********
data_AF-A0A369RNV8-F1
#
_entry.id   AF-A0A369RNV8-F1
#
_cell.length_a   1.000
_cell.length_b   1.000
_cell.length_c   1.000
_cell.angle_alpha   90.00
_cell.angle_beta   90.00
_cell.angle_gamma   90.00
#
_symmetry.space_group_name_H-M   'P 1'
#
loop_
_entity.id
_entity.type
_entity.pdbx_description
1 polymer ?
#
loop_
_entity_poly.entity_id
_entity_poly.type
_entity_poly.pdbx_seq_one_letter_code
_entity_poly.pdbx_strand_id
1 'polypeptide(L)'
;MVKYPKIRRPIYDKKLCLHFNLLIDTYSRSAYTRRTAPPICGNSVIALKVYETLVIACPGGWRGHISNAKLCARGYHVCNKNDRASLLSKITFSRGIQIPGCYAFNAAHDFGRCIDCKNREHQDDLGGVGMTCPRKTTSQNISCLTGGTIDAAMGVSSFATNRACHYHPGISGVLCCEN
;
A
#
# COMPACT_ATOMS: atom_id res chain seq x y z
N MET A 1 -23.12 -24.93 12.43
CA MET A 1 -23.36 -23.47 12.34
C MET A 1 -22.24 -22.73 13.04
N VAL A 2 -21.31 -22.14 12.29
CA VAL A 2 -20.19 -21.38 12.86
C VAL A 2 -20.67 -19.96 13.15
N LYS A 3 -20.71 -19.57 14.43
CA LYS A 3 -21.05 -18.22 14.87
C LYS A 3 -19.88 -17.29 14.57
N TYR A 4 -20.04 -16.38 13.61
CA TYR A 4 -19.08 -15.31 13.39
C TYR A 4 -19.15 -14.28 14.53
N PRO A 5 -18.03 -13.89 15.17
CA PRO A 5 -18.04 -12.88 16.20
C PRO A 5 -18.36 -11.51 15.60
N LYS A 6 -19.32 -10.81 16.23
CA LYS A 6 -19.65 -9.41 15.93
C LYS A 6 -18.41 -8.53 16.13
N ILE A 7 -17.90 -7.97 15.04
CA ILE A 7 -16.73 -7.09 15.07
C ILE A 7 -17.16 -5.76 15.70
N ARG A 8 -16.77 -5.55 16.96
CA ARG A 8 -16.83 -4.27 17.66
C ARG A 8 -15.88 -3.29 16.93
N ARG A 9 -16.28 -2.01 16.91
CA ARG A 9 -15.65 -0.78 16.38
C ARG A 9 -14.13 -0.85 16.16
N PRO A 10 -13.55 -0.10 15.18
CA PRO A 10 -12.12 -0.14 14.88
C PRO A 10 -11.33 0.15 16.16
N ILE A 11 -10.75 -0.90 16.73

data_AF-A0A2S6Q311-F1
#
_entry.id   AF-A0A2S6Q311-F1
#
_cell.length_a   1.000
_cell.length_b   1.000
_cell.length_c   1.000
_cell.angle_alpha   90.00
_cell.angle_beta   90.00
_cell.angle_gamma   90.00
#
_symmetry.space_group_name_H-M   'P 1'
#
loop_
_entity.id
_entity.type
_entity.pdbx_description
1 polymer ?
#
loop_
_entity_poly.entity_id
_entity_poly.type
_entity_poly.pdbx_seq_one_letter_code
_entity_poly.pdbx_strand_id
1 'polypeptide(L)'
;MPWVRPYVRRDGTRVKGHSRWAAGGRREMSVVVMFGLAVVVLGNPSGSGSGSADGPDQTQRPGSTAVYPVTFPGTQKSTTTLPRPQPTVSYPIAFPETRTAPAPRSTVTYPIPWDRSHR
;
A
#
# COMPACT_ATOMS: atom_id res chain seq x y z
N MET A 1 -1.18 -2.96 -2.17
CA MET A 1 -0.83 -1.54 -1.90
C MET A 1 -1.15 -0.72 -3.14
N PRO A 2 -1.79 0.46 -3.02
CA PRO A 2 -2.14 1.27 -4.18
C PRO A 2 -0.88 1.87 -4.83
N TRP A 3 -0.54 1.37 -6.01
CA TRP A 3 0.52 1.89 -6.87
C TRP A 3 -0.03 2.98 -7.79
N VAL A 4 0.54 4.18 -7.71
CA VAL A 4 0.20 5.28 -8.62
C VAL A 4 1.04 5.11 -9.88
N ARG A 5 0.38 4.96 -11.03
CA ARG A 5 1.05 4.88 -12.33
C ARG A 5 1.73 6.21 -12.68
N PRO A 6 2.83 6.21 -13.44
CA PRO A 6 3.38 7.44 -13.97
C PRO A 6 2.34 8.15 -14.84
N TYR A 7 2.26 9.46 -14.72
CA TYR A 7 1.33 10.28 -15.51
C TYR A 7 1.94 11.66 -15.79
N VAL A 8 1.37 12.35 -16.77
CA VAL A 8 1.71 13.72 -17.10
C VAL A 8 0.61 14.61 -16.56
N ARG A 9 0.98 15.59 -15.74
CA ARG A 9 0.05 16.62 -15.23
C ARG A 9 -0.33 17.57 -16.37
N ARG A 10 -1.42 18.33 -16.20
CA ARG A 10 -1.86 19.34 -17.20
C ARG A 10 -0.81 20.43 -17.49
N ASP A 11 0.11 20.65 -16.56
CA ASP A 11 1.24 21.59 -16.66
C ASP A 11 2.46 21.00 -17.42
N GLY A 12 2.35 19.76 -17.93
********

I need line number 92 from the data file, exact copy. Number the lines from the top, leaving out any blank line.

N MET A 1 -1.18 -2.96 -2.17